"For I come to set a man at variance
against his father, and the daughter
against her mother, and the daughter-in-
law against her mother-in-law; and a
man's foes shall be they of his own
"Be ye therefore imitators of God, as
beloved children; and walk in love, even
as Christ also loved you."
"HADN'T we better take a policeman
along?" said one of the girls with a
nervous laugh. "It really isn't safe
down there, you know."
"There's no danger," said Virginia
"Is it true that your brother
Rollin has been converted?" asked the
first speaker, looking at Virginia
curiously. It impressed her during the
drive to the Rectangle that all three of
her friends were regarding her with
close attention as if she were peculiar.
"Yes, he certainly is."
"I understand he is going around to
the clubs talking with his old friends
there, trying to preach to them. Doesn't
that seem funny?" said the girl with the
red silk parasol.
Virginia did not answer, and the
other girls were beginning to feel sober
as the carriage turned into a street
leading to the Rectangle. As they neared
the district they grew more and more
nervous. The sights and smells and
sounds which had become familiar to
Virginia struck the senses of these
refined, delicate society girls as
something horrible. As they entered
farther into the district, the Rectangle
seemed to stare as with one great,
bleary, beer-soaked countenance at this
fine carriage with its load of
fashionably dressed young women.
"Slumming" had never been a fad with
Raymond society, and this was perhaps
the first time that the two had come
together in this way. The girls felt
that instead of seeing the Rectangle
they were being made the objects of
curiosity. They were frightened and
"Let's go back. I've seen enough,"
said the girl who was sitting with
They were at that moment just
opposite a notorious saloon and gambling
house. The street was narrow and the
sidewalk crowded. Suddenly, out of the
door of this saloon a young woman
reeled. She was singing in a broken,
drunken sob that seemed to indicate that
she partly realized her awful condition,
"Just as I am, without one plea" -- and
as the carriage rolled past she leered
at it, raising her face so that Virginia
saw it very close to her own. It was the
face of the girl who had kneeled
sobbing, that night with Virginia
kneeling beside her and praying for her.
"Stop!" cried Virginia, motioning
to the driver who was looking around.
The carriage stopped, and in a moment
she was out and had gone up to the girl
and taken her by the arm. "Loreen!" she
said, and that was all. The girl looked
into her face, and her own changed into
a look of utter horror. The girls in the
carriage were smitten into helpless
astonishment. The saloon-keeper had come
to the door of the saloon and was
standing there looking on with his hands
on his hips. And the Rectangle from its
windows, its saloon steps, its filthy
sidewalk, gutter and roadway, paused,
and with undisguised wonder stared at
the two girls. Over the scene the warm
sun of spring poured its mellow light. A
faint breath of music from the band-
stand in the park floated into the
Rectangle. The concert had begun, and
the fashion and wealth of Raymond were
displaying themselves up town on the
When Virginia left the carriage and
went up to Loreen she had no definite
idea as to what she would do or what the
result of her action would be. She
simply saw a soul that had tasted of the
joy of a better life slipping back again
into its old hell of shame and death.
And before she had touched the drunken
girl's arm she had asked only one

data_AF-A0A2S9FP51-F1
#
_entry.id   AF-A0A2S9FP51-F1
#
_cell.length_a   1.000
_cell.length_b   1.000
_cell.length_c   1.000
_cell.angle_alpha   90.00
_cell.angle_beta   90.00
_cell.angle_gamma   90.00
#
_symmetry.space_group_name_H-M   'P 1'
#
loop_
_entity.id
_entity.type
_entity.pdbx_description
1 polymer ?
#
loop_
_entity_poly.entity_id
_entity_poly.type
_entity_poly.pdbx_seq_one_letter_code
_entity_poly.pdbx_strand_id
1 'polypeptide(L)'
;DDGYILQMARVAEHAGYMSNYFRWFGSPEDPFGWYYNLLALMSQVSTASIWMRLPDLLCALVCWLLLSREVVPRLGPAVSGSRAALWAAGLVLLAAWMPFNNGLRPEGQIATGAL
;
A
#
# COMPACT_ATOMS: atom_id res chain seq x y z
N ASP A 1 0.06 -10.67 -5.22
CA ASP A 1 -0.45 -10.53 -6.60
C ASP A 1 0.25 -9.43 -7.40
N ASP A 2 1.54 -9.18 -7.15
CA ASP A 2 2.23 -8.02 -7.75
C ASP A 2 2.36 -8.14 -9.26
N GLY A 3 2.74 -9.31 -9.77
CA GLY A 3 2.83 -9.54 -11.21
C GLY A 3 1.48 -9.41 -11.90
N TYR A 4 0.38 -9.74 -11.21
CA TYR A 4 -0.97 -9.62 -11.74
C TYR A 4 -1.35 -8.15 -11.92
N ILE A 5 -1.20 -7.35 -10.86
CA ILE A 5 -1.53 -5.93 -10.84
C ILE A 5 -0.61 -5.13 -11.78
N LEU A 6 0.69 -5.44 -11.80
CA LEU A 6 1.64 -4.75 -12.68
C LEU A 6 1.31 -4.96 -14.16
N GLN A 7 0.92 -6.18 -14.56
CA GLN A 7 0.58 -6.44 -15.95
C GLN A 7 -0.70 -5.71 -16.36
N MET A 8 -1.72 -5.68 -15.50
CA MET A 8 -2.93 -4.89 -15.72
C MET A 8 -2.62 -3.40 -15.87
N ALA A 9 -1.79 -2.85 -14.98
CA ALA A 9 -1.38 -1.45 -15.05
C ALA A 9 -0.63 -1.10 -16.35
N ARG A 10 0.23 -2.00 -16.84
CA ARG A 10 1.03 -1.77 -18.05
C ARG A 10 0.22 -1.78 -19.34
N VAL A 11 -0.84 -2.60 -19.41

question, "What would Jesus do?" That
question was becoming with her, as with
many others, a habit of life.
She looked around now as she stood
close by Loreen, and the whole scene was
cruelly vivid to her. She thought first
of the girls in the carriage.
"Drive on; don't wait for me. I am
going to see my friend home," she said
The girl with the red parasol
seemed to gasp at the word "friend,"
when Virginia spoke it. She did not say
The other girls seemed speechless.
"Go on. I cannot go back with you,"
said Virginia. The driver started the
horses slowly. One of the girls leaned a
little out of the carriage.
"Can't we -- that is -- do you want
our help? Couldn't you -- "
"No, no!" exclaimed Virginia. "You
cannot be of any help to me."
The carriage moved on and Virginia
was alone with her charge. She looked up
and around. Many faces in the crowd were
sympathetic. They were not all cruel or
brutal. The Holy Spirit had softened a
good deal of the Rectangle.
"Where does she live?" asked
No one answered. It occurred to
Virginia afterward when she had time to
think it over, that the Rectangle showed
a delicacy in its sad silence that would
have done credit to the boulevard. For
the first time it flashed across her
that the immortal being who was flung
like wreckage upon the shore of this
early hell called the saloon, had no
place that could be called home. The
girl suddenly wrenched her arm from
Virginia's grasp. In doing so she nearly
threw Virginia down.
"You shall not touch me! Leave me!
Let me go to hell! That's where I
belong! The devil is waiting for me. See
him!" she exclaimed hoarsely. She turned
and pointed with a shaking finger at the
saloon-keeper. The crowd laughed.
Virginia stepped up to her and put her
arm about her.
"Loreen," she said firmly, "come
with me. You do not belong to hell. You
belong to Jesus and He will save you.
The girl suddenly burst into tears.
She was only partly sobered by the shock
of meeting Virginia.
Virginia looked around again.
"Where does Mr. Gray live?" she asked.
She knew that the evangelist boarded
somewhere near the tent. A number of
voices gave the direction.
"Come, Loreen, I want you to go
with me to Mr. Gray's," she said, still
keeping her hold of the swaying,
trembling creature who moaned and sobbed
and now clung to her as firmly as before
she had repulsed her.
So the two moved on through the
Rectangle toward the evangelist's
lodging place. The sight seemed to
impress the Rectangle seriously. It
never took itself seriously when it was
drunk, but this was different. The fact
that one of the richest, most
beautifully- dressed girls in all
Raymond was taking care of one of the
Rectangle's most noted characters, who
reeled along under the influence of
liquor, was a fact astounding enough to
throw more or less dignity and
importance about Loreen herself. The
event of Loreen's stumbling through the
gutter dead-drunk always made the
Rectangle laugh and jest. But Loreen
staggering along with a young lady from
the society circles uptown supporting
her, was another thing. The Rectangle
viewed it with soberness and more or
less wondering admiration.
When they finally reached Mr.
Gray's lodging place the woman who